WTA: Enabling Telephony Functions on the Web

Once you can view data on your cell phone, it makes sense to have the phone's micro browser interact with the telephone network. The simplest example of this is adding a hyperlink to a document that dials a phone number when the user selects it. The browser, in this case, uses the Wireless Telephony Applications (WTA) interface to dial a phone number. However, WTA also enables more sophisticated processing, including handling telephone network events from within WMLScript (a modified version of JavaScript).

WTA requires a WTA User Agent on the cell phone and a WTA server that resides somewhere on the telephone network. The WAP documents don't specify how the WTA server interacts with the phone network, since that varies depending on the phone system you use. This makes sense—HTTP doesn't specify how a Web server retrieves files. It only notes that the client can ask for a file and receive it. The same thing holds true for WTA. It specifies that you can dial a number, for example, but it isn't concerned with how that actually occurs.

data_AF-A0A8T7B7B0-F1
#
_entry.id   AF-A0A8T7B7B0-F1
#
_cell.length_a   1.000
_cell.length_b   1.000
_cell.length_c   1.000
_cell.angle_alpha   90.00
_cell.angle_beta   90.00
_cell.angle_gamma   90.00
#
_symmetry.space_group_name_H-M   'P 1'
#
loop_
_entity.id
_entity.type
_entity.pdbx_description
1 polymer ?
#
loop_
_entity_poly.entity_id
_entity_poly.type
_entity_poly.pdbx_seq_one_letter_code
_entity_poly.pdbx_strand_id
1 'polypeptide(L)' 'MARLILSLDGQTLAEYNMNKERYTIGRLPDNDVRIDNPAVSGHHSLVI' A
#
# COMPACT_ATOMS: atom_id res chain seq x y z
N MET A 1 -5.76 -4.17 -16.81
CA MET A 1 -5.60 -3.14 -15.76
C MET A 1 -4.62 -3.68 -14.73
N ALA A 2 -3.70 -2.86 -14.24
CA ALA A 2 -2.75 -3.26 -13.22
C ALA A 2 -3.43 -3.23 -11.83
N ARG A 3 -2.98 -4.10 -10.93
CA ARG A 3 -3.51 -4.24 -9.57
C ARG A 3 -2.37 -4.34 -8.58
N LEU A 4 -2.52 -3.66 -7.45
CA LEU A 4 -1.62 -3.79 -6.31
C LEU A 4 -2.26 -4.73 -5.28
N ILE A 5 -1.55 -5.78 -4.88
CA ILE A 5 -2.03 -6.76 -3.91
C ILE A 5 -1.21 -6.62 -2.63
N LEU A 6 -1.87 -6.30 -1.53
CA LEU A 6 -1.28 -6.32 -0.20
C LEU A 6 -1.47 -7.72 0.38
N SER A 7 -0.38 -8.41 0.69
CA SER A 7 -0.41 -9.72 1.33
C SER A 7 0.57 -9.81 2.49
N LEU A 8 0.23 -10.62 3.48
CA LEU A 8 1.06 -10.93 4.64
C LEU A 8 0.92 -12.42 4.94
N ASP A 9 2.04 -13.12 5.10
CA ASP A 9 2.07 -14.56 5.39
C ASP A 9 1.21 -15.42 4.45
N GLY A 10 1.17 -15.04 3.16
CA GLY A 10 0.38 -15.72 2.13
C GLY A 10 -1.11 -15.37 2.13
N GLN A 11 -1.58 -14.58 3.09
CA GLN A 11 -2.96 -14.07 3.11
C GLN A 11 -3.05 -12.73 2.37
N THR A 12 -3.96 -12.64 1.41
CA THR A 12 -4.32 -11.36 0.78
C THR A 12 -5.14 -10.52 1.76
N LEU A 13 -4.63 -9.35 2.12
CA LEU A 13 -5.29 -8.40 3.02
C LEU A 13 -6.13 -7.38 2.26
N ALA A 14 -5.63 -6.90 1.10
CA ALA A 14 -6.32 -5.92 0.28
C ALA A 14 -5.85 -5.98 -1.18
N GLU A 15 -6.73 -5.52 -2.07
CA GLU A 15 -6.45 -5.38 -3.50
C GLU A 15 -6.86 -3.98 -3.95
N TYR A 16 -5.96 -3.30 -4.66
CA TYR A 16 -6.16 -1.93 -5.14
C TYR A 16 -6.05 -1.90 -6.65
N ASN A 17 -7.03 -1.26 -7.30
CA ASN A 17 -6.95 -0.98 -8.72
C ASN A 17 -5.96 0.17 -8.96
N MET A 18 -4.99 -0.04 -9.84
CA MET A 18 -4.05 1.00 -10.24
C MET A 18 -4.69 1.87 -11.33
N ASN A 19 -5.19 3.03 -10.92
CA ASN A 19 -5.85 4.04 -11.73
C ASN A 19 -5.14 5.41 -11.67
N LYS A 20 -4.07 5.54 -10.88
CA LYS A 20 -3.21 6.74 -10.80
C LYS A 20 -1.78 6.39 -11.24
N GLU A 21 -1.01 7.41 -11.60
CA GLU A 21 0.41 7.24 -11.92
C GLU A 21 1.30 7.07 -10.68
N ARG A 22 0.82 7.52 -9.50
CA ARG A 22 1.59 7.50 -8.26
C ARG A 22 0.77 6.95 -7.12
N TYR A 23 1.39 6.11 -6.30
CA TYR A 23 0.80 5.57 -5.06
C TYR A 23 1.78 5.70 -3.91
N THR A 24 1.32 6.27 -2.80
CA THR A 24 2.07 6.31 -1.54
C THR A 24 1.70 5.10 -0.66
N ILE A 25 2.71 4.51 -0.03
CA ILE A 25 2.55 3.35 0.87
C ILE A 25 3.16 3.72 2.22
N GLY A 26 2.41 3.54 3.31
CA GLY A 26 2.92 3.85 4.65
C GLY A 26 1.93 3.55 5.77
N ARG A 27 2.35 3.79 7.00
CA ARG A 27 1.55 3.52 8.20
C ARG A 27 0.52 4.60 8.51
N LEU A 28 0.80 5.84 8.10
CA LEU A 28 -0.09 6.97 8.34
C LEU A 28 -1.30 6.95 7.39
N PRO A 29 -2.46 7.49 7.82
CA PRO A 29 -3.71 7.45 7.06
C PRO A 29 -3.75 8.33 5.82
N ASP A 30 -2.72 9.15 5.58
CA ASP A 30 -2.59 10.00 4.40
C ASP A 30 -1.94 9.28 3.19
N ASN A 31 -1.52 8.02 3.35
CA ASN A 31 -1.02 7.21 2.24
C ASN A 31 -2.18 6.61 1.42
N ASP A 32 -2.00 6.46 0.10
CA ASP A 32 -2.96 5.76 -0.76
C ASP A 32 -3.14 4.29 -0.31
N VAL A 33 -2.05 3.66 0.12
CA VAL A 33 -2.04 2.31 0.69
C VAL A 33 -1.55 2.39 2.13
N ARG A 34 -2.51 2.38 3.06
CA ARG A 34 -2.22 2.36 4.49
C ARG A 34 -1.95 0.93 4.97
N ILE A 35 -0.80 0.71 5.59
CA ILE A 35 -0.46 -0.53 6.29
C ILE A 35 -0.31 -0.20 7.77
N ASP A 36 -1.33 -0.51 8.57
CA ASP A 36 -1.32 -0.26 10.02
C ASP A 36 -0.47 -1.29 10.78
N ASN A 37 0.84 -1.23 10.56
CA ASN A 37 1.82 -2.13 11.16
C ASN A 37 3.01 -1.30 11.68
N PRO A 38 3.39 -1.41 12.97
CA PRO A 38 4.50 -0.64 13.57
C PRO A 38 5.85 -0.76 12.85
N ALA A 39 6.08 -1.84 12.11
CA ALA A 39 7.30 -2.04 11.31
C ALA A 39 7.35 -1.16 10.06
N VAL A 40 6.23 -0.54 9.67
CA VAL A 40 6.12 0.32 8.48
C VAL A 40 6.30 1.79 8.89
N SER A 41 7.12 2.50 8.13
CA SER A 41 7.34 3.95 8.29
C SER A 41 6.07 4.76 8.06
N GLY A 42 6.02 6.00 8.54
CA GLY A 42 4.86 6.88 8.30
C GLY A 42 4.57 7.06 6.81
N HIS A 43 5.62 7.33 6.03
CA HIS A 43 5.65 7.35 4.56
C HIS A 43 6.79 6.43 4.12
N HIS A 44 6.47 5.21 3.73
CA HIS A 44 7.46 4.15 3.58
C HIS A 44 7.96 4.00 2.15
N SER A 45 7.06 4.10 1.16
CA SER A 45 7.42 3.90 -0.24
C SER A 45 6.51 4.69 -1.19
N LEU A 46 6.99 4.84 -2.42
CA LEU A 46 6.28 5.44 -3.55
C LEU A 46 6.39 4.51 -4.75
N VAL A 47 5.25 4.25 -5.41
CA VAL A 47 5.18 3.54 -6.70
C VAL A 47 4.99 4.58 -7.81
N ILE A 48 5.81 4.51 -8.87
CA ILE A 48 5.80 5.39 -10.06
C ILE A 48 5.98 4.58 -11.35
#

To simplify interactions with WTA, the specification calls for a WTA library that handles common tasks for applications. Applications use a super set of WML known as WTA-WML. These documents start with the wtai:// protocol identifier.

The phone has storage for some WTA-WML code in a place known as the repository. The repository stores resources (scripts, usually) in groups called channels. You can assign channels to particular events. For example, you might want some script to run when the phone receives an incoming call. Another channel might notify you that e-mail or voice mail is waiting for pick-up.

Of course, you don't want a WML script dialing a 900 number and running up your phone bill. To prevent this, WTA has a robust security feature that lets you trust some applications more than others.

More information is available online in the WTA specification at Although the specification is a bit dry, the example applications in Annex A are quite informative.

—Al Williams